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Hardware Technology

3D-Printed Circuit Boards, For Solder-Free Printable Electronics 106

An anonymous reader writes "Check out the latest success of the OpenSCAD 3d-printed electronics library. To use it, you just need a 3D printer and some conductive thread. OpenSCAD generates a component holder, and conductive thread wraps it all together — no solder, no etching chemicals, no sending out for anything. The instructable takes you through all the steps from schematic to circuit, and includes a more useful example: the fully printed LED flashlight."
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3D-Printed Circuit Boards, For Solder-Free Printable Electronics

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  • by Intrepid imaginaut ( 1970940 ) on Sunday May 06, 2012 @10:24AM (#39907797)

    I might, and I'll be able to pretty soon, from the looks of things.

  • by firex726 ( 1188453 ) on Sunday May 06, 2012 @10:46AM (#39907935)

    Could they in effect print or incorporate certain components inside the PCB board?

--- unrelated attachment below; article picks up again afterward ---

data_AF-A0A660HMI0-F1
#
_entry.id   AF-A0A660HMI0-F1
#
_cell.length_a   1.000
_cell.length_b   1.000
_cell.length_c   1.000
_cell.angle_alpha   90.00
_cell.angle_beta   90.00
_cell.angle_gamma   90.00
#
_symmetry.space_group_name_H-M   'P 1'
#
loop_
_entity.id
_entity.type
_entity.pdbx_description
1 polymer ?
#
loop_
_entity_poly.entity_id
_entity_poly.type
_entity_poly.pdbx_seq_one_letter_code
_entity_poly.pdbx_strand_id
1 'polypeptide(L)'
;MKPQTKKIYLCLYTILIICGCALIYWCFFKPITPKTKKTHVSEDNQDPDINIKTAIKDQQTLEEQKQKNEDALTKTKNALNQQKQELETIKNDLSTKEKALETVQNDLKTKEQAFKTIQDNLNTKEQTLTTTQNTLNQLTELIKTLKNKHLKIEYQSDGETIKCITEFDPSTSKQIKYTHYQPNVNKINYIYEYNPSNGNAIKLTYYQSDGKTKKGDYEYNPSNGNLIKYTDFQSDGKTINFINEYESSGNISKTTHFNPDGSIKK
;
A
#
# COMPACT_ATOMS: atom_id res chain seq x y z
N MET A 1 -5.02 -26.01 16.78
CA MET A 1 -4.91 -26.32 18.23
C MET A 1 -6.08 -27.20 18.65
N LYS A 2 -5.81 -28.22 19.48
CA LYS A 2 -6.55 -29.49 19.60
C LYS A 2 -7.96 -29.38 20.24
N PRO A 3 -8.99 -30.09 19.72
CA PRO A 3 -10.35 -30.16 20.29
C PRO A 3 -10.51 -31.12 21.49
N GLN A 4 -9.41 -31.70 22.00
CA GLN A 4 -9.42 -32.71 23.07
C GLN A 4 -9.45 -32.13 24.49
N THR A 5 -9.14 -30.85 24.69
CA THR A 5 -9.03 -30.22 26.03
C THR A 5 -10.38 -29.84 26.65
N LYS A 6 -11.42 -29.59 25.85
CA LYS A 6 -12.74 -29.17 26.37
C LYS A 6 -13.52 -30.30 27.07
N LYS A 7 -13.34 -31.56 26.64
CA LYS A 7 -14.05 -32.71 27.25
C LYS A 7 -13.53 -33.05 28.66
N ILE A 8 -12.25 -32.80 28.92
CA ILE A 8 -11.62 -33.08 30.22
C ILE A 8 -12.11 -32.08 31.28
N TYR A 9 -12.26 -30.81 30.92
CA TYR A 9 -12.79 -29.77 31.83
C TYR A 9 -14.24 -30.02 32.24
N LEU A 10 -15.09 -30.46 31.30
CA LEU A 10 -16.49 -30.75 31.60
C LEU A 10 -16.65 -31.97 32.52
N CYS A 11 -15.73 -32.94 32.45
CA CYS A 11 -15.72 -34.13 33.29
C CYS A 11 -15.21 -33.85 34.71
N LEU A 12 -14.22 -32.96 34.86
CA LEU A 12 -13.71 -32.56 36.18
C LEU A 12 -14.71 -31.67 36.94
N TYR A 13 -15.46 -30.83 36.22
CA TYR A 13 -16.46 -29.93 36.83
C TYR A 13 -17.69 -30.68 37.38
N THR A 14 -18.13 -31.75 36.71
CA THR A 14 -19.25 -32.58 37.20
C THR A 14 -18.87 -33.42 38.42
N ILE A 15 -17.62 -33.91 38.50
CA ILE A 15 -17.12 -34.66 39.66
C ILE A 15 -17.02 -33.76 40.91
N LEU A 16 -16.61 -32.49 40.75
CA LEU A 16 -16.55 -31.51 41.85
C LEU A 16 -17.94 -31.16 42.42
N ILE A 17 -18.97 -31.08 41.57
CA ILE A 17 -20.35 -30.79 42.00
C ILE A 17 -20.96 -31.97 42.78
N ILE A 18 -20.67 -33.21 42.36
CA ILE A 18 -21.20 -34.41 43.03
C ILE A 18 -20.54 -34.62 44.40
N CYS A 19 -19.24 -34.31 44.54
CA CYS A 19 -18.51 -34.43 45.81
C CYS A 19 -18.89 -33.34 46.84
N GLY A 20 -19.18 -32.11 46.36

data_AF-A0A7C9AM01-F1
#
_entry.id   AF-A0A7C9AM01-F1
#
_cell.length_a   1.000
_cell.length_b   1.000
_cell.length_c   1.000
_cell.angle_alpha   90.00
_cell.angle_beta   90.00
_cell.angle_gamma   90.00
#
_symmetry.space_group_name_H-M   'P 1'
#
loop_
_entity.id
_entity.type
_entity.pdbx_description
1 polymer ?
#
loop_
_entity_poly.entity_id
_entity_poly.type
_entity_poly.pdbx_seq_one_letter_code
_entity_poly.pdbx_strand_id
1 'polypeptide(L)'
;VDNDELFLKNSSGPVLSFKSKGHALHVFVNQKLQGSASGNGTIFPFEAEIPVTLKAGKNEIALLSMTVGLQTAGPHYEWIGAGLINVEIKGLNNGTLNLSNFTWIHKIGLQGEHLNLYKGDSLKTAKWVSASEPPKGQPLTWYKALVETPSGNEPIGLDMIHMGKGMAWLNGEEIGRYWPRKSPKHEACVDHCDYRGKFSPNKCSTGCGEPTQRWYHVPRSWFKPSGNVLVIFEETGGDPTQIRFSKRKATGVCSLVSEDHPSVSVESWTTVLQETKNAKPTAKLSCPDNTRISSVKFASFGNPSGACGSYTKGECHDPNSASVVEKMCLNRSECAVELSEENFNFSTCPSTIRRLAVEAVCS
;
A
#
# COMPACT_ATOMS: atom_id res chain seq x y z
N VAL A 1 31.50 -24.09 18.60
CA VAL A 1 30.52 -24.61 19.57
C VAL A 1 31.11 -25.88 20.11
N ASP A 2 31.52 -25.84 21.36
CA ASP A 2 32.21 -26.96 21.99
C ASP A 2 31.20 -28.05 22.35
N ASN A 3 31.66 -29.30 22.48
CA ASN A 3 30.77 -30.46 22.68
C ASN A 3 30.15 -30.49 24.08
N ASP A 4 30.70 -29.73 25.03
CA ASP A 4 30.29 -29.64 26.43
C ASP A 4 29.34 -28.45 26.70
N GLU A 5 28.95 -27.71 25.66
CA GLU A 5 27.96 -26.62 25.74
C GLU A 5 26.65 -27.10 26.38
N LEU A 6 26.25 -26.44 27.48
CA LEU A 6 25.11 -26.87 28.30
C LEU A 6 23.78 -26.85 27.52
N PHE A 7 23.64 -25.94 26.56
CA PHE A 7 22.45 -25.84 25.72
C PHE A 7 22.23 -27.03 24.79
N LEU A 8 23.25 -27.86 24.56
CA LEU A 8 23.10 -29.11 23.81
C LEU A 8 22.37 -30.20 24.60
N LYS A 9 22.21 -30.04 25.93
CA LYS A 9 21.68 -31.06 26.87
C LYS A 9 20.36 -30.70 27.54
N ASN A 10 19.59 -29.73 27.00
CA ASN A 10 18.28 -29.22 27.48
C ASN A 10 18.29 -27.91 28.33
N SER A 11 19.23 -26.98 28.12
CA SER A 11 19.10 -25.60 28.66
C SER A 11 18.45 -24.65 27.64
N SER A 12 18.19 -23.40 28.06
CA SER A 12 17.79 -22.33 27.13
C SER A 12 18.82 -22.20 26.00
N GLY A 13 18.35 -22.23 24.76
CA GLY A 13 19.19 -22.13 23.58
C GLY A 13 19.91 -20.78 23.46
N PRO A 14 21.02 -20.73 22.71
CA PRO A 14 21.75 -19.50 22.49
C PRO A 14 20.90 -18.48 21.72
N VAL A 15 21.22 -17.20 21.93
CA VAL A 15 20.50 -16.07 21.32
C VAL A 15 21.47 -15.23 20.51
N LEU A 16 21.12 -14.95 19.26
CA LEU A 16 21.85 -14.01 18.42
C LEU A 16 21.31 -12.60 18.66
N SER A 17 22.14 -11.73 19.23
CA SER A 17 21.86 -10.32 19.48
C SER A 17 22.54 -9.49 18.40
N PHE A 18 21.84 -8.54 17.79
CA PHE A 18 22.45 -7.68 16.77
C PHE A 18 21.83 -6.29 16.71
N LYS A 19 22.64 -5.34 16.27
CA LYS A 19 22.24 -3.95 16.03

SMD resistors are pretty small, and if they were embedded it would free up more surface area for larger components and reduce overall size.

  • Re:Clunky is right (Score:4, Interesting)

    by Anonymous Coward on Sunday May 06, 2012 @10:55AM (#39907981)

    Meh, I make SMD boards simply with some copper clad board, a laser printer, and some home made etchant (cupric chloride). I either hand solder or use a hotplate with solder paste.

    Takes about 30 minutes from printing the circuit to finished product. Costs about $1 not including the parts I solder on and I have a high quality physically small product.

  • by swalve ( 1980968 ) on Sunday May 06, 2012 @11:09AM (#39908057)
    You could probably do multi-plane boards with less trouble, not having to have the through holes go all the way through the board, just to connect the two planes. You could probably make multiple planes that are just resistors, or even capacitors, printed onto the substrate. They already do a lot of this stuff, I've seen boards with zig-zaggy areas that certainly appear to be resistors (not the zig zags that keep the interconnects the same length, but at right angles to each other and wrapping back onto themselves). Possibly even small transformers?

    On the other hand, "conductive thread" doesn't really sound like it is going to conduct much current, so you'd probably have to have a machine that can actually print metal.

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